Suffolk native to lead health care study

Published 10:24 pm Thursday, August 31, 2017

Suffolk native Dr. L.D. Britt will lead a historic effort to investigate surgical disparities in the United States.

Throughout his career, Britt has led the charge against disparities in access and outcomes of health care. He vividly recalls families in his Suffolk community when he was a child packing lunch and dinner when they went to see the doctor, because they had to wait six hours or more.

“I knew something was wrong,” he stated in a press release. “There just weren’t enough doctors.”

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Britt, who now is the chair and professor of surgery at Eastern Virginia Medical School, will lead the historic effort by the American College of Surgeons to confront the problem. A $2.5 million grant from the National Institutes of Health will fund research into why disparities exist so that these disparities can be mitigated.

Dr. L.D. Britt, a Suffolk native and the chair and professor of surgery at Eastern Virginia Medical School, performs a surgery in the operating room. He is the lead investigator on a study that will determine the reasons for health care disparities in the United States.
Courtesy of Eastern Virginia Medical School

“This is a key research initiative,” Britt said Thursday. “No one has done this. That’s why it’s so historic.”

Britt believes disparities in health care are the biggest challenge in America.

“The greatest challenge facing this nation is health care disparities,” Britt stated in the press release. “There are widening disparities as far as who has access and what sort of therapeutic options patients have. It’s probably the biggest embarrassment for the nation, and it’s unacceptable.”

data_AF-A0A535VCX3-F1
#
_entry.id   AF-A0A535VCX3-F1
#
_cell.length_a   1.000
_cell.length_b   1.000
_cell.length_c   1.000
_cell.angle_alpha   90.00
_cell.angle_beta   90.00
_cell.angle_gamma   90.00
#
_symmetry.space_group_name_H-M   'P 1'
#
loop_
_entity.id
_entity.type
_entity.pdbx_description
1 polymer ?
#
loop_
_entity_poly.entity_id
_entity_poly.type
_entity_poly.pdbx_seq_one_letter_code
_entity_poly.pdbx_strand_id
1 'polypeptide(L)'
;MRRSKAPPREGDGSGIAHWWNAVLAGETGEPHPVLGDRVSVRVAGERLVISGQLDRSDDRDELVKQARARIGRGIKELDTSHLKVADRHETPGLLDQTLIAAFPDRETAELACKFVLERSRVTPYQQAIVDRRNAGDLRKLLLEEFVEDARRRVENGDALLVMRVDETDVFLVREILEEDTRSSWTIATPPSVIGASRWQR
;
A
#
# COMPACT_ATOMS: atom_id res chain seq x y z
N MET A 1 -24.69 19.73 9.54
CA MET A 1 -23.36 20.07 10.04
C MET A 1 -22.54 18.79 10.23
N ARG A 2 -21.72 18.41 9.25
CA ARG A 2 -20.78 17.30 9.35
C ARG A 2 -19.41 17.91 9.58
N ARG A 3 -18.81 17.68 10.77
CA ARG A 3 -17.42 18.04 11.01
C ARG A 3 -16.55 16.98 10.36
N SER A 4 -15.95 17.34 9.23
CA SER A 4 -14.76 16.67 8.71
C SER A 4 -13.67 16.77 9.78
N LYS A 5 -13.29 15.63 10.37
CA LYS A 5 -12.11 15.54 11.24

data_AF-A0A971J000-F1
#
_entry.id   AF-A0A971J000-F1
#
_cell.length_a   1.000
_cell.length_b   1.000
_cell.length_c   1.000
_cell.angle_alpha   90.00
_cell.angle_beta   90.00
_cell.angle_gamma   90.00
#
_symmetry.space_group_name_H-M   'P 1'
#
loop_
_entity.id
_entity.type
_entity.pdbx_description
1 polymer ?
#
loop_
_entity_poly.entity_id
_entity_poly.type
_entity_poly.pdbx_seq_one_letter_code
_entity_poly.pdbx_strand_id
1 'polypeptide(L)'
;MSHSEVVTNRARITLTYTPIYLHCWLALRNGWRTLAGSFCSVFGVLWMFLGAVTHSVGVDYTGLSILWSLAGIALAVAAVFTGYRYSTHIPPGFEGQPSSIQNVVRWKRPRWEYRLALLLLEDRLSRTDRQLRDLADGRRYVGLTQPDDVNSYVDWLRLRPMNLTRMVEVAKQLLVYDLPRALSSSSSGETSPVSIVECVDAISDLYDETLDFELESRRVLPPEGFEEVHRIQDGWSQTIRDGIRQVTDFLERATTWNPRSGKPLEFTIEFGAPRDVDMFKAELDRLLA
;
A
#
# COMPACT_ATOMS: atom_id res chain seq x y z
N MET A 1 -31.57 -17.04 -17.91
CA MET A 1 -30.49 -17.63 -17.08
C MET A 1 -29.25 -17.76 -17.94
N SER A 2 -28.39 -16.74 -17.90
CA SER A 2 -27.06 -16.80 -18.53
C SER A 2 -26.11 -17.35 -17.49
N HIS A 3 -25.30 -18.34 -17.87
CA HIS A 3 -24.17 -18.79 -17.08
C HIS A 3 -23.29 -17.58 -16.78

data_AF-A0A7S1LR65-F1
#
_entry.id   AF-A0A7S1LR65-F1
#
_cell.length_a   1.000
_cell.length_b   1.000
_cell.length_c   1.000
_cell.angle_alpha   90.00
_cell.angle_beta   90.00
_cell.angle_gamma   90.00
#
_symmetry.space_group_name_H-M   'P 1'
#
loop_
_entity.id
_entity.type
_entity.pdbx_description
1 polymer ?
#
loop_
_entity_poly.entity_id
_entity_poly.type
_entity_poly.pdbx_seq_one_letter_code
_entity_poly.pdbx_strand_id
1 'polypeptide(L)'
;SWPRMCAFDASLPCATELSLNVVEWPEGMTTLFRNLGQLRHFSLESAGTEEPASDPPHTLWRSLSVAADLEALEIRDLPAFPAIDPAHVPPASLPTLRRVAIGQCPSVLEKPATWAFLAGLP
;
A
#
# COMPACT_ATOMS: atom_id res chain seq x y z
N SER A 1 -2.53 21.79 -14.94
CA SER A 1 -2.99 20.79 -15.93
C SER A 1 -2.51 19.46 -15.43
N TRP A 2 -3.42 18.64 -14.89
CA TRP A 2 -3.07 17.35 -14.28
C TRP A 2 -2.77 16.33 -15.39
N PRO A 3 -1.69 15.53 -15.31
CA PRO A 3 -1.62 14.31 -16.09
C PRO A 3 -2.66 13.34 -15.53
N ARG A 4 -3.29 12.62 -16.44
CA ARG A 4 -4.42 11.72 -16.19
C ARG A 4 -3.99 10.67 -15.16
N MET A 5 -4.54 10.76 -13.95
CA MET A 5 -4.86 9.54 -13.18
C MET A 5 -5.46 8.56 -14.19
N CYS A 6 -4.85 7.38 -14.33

Britt said many people think first of racial disparities, and they do exist but probably aren’t the biggest challenge.

“One of the most significant driving forces in health care disparities is poverty and where you live,” he said. “If you’re poor, you’re not going to have the same health care options as somebody who is not poor. If you’re in a rural area, you don’t have the same access as somebody in a more urban setting.”

Even factors such as the patient’s level of formal education also play a role in health care disparities, Britt said.

“This is a major, significant social burden on the United States when you have inequality, because at that point, you end up spending more money and you have bad outcomes. We need to level the playing field so everybody has the same quality of care.

“At the end of the day, what we’re trying to do is reduce disparities and improve outcomes.”

Britt’s team of collaborators includes surgeons at Harvard and at the University of California—Los Angeles, among others.

“I’m fortunate to be the principal investigator,” he said. “It’s going to require major investigative work, but I think I have the team.

“This is something that will have an impact not just in the surgical communities but in the greater community.”